There’s a little place in Utah that we’ve been talking about for a while. To tell the truth, it is a little bit of a sore spot for us, but it’s a beautiful sore spot. Even though we’ve had some heated discussion about what went down at Potter’s Pond back in 2010, what happened actually represents the good in us, the complementary nature of our relationship. As in, I am the risk taker, and he is the cautious one. I push him to explore areas past his comfort zone, and he reins me in when I am going too far with it.
We still haven’t established who was in the right back in 2010, in my opinion. All I know is, he strongly insisted we not pursue finding the grandfather cache hidden there, in light of certain danger. This is what the area looked like when we got to it that June, over four years ago now:
The cache seemed to be at the top of that peak, and there was a snow “storm” coming in. Also, from the angle we approached it, it appeared that the only way to get there was to cross a creek, which was raging with cold water this time of year. I am still pretty certain I could have walked over this fallen log and made it across the creek, then up and back down this “mountain” before the snow came in, but Jason didn’t think we should take any chances. There had to be an easier way, I thought, but this was kind of before we were caching with smart phones, and I hadn’t really looked all the way through the previous logs to see if that was true or not. We tried walking parallel to the creek, but we never did find a place where it seemed like you could cross.
Anyways, fast forward to this past July, just about two months ago. We were back, and I was on a mission. My, what a difference a month makes around here, as well! This time, we could not have picked a prettier day to make the hour or two drive out of Salt Lake City, to the mountain area southwest of Price. I was ecstatic about the weather, the beautiful wildflowers, the prospect of finally finding this cache. I had done some research this time, and knew there was an easier way across the creek, where all we had to do is get the tips of our shoes wet in the crossing.
After this, the going was fairly easy for a little bit, but then the trail got a little more dodgy. It really was a horse trail, like they mention in the logs, and there were fallen logs about. I still can’t believe I tripped over one of them, falling flat on my face right when some boy scouts were coming down the trail ahead of me. Duh! As I dusted myself off, they asked if we were geocachers. I wonder, how did my clumsiness identify us as such? They told us the cache was just a little ahead, as were some others, even though they had not logged it themselves. They also warned us about the mosquitos, and we should have heeded their warning a little more seriously, as in put on some bug spray. We got swarmed so bad that it really took the joy out of actually making the find. We were in a darn hurry to just sign that log and get out of dodge at that point!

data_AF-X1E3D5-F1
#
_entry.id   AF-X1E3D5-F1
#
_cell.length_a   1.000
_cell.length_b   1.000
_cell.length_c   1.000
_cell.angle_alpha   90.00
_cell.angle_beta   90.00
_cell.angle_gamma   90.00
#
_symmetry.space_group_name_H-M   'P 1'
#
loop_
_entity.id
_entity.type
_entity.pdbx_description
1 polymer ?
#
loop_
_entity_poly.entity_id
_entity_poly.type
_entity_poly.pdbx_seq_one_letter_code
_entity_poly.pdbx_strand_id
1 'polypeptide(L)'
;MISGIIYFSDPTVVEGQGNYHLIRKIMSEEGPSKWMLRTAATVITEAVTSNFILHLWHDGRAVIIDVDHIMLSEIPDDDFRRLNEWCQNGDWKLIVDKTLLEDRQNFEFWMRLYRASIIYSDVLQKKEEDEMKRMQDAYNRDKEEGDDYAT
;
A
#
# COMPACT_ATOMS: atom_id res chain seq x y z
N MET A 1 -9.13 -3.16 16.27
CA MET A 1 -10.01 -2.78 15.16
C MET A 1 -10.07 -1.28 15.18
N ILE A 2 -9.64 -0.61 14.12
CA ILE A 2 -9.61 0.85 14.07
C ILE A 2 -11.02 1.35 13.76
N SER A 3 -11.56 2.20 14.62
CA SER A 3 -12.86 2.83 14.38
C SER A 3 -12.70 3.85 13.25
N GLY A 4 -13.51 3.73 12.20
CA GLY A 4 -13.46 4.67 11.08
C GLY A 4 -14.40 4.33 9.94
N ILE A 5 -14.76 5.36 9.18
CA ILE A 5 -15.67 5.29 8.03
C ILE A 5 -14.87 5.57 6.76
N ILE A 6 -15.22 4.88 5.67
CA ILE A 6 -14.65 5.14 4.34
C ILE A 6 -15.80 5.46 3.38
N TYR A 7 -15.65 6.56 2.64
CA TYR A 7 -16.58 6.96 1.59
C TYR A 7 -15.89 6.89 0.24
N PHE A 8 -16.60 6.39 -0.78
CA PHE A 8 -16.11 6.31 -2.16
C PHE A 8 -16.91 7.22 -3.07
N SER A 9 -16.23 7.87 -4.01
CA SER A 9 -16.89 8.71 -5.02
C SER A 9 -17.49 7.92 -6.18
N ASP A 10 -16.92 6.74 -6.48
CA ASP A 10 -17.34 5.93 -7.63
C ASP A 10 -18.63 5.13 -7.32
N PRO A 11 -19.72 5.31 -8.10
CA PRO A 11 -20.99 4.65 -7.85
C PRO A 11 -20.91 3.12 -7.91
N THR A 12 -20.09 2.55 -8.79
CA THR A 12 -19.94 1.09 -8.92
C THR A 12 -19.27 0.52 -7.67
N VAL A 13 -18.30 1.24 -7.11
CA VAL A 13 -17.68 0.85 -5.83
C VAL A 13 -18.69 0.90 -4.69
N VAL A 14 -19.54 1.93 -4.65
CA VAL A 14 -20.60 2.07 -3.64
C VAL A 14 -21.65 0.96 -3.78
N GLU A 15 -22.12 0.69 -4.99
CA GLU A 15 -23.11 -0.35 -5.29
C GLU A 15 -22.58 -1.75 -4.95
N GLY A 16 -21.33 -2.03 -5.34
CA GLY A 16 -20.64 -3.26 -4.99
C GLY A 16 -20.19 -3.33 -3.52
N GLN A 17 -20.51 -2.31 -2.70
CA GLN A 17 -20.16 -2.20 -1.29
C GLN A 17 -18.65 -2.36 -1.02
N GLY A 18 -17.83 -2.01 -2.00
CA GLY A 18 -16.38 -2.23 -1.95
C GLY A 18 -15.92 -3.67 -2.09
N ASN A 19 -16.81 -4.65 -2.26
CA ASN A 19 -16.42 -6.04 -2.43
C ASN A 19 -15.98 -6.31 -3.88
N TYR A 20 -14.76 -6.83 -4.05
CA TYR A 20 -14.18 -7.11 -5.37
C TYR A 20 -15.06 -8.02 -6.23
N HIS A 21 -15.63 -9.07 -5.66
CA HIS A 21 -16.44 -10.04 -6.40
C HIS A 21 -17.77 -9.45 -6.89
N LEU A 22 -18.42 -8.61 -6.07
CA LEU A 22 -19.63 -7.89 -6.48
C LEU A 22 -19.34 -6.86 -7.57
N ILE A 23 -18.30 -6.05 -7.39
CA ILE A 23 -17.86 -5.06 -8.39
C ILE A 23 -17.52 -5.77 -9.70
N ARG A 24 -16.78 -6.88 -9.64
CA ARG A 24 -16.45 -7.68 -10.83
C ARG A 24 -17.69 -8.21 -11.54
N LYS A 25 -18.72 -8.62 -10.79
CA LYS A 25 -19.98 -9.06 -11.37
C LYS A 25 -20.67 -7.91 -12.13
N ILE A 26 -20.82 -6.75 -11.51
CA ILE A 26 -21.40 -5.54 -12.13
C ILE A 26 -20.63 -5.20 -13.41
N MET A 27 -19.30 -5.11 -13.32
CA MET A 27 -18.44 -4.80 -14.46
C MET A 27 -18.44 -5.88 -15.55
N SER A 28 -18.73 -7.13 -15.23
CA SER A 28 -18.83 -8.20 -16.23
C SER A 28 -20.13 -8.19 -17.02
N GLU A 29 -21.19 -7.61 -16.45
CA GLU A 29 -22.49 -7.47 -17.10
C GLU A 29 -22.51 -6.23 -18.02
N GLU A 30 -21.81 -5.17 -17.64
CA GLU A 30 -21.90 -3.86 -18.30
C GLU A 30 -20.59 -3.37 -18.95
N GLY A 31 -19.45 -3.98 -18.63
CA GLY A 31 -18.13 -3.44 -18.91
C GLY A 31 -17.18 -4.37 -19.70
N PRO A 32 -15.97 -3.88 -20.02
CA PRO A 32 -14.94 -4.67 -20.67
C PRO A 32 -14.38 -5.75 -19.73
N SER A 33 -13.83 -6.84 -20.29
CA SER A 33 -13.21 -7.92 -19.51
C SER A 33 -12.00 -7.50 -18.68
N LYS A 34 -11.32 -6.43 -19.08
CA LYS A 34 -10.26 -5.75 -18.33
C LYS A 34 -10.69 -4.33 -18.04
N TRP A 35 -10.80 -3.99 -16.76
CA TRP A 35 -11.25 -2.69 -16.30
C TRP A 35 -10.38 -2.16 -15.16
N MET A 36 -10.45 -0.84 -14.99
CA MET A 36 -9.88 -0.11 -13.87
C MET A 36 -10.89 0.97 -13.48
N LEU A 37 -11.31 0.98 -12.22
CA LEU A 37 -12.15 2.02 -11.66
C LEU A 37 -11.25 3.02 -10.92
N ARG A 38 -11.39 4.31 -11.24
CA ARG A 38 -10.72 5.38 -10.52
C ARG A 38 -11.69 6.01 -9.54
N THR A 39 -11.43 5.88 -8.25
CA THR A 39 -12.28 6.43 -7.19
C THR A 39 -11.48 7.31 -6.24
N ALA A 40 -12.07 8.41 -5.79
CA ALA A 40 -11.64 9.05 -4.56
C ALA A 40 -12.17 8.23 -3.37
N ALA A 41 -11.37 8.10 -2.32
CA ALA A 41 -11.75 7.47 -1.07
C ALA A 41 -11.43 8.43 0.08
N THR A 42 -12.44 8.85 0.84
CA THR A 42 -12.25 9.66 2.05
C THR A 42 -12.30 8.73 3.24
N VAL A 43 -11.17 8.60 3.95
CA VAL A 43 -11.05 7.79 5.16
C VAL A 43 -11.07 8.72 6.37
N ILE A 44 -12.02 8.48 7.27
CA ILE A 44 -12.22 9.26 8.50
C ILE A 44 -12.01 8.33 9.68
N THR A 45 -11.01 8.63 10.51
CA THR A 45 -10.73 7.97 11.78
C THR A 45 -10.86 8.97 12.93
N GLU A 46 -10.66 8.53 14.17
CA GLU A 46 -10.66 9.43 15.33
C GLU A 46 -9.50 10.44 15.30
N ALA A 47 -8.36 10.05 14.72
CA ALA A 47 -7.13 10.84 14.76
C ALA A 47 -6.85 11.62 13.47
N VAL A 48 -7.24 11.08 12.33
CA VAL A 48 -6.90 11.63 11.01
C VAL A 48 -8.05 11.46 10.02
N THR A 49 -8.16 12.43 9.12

Now this is where the story leads us to our latest bone of contention. Jason insisted since we were up here, that we should find the geocache called Mountain Ninja that was also nearby. Well, Mountain Ninja is named that because you have to have a certain amount of agility to make the find and get back out. It is hidden in an area covered with downed trees. Now, back in 2010, I would have been loving this, but since I had that terrible leg injury with its long series of complications, including a very recent stint involving more physical therapy in which we were JUST working back up to my being able to balance on one leg, I was not a very happy camper about this situation. I grumbled, a LOT, to the point that it was making Jason nuts, and now he tells everyone we know that he finally took me up that darn mountain, and I could not get off of it fast enough. It was just this particularly challenging terrain I was unhappy about, though. That, and we kind of lost the trail on our way back down, so it was a bit of a bushwack downhill. I was so happy to finally find that darn little creek again.
The flowers and birds were incredible, though, and on our way out, we saw a shape running through the fields. I got a close up look with the binoculars at a badger turning his face towards my view for a second before scurrying faster. The drive in and out is a series of dirt roads that eventually lead to bigger roads that eventually lead back to the highway. We came in and out of the area through Fairview, where we stopped for a burger afterwards at a dive/gas station area that advertised the best burgers, and pretty much they were. We had an interesting talk with some retired older man and a couple of cowboys, one of whom turned out to be from the Tomball area, which was crazy.
And I don’t know who is more glad to get that stinking cache off our list: me, who wanted it so bad, or Jason, who was so tired of hearing about it.